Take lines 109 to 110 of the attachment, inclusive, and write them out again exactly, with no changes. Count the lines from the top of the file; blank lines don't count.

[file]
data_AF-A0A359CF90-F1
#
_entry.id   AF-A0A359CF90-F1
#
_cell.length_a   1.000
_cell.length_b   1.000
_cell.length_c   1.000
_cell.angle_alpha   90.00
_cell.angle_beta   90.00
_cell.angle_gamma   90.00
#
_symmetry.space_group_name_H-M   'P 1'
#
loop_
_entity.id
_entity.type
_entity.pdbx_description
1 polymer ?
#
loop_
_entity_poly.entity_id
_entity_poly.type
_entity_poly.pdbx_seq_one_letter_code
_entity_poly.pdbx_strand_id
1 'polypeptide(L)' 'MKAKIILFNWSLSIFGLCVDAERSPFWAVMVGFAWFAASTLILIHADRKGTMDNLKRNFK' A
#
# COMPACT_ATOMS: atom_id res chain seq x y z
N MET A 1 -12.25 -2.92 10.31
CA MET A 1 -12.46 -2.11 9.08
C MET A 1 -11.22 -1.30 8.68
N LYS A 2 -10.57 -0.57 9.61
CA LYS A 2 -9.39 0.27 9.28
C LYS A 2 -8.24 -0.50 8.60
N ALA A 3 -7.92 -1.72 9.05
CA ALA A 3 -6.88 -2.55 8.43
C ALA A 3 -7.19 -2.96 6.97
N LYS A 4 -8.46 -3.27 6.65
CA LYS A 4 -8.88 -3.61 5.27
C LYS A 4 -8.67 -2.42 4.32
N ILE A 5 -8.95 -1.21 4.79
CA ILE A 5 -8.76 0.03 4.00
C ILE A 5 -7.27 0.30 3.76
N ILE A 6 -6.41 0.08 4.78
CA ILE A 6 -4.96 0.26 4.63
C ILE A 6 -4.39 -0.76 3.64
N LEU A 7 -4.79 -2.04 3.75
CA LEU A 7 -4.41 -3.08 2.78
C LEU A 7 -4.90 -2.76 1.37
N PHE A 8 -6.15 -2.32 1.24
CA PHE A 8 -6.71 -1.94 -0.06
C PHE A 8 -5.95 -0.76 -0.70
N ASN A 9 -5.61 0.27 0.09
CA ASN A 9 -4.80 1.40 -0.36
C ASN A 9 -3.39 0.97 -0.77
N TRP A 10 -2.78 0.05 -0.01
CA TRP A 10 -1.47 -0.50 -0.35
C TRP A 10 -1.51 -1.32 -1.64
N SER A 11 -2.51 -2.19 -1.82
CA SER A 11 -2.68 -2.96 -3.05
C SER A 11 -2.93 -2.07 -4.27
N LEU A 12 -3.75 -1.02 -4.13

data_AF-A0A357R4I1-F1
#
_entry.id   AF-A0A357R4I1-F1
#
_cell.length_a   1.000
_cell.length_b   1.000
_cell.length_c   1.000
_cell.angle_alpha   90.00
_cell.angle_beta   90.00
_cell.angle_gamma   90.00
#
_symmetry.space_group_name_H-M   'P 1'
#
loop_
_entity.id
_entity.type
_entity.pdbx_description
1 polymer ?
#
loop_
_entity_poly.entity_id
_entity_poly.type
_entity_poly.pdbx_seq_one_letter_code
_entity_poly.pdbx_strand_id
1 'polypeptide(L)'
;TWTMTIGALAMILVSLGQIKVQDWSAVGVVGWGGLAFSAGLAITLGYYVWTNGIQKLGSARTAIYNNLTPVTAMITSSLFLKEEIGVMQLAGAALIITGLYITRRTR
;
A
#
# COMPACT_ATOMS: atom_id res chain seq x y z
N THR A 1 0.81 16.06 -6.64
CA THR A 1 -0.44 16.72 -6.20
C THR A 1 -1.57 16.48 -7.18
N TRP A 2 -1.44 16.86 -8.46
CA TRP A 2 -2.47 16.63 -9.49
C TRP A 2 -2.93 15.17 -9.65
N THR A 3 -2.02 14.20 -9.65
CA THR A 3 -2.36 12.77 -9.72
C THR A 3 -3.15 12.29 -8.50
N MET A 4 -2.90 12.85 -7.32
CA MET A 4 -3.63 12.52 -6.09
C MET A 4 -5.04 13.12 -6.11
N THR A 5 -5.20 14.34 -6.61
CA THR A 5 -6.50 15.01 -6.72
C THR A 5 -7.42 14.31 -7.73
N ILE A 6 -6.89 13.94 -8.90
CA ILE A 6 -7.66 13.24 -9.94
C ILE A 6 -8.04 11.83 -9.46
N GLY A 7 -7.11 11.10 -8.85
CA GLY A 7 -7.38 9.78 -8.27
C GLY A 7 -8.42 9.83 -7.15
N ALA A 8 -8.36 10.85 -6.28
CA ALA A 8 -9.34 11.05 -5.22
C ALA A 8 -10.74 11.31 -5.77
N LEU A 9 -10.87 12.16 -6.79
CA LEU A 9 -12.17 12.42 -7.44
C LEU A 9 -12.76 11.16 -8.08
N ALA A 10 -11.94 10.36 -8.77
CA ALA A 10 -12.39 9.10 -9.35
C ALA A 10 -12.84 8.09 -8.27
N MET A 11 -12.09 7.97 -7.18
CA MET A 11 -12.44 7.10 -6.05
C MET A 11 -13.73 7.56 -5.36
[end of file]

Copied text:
C ILE A 6 -8.04 11.83 -9.46
N GLY A 7 -7.11 11.10 -8.85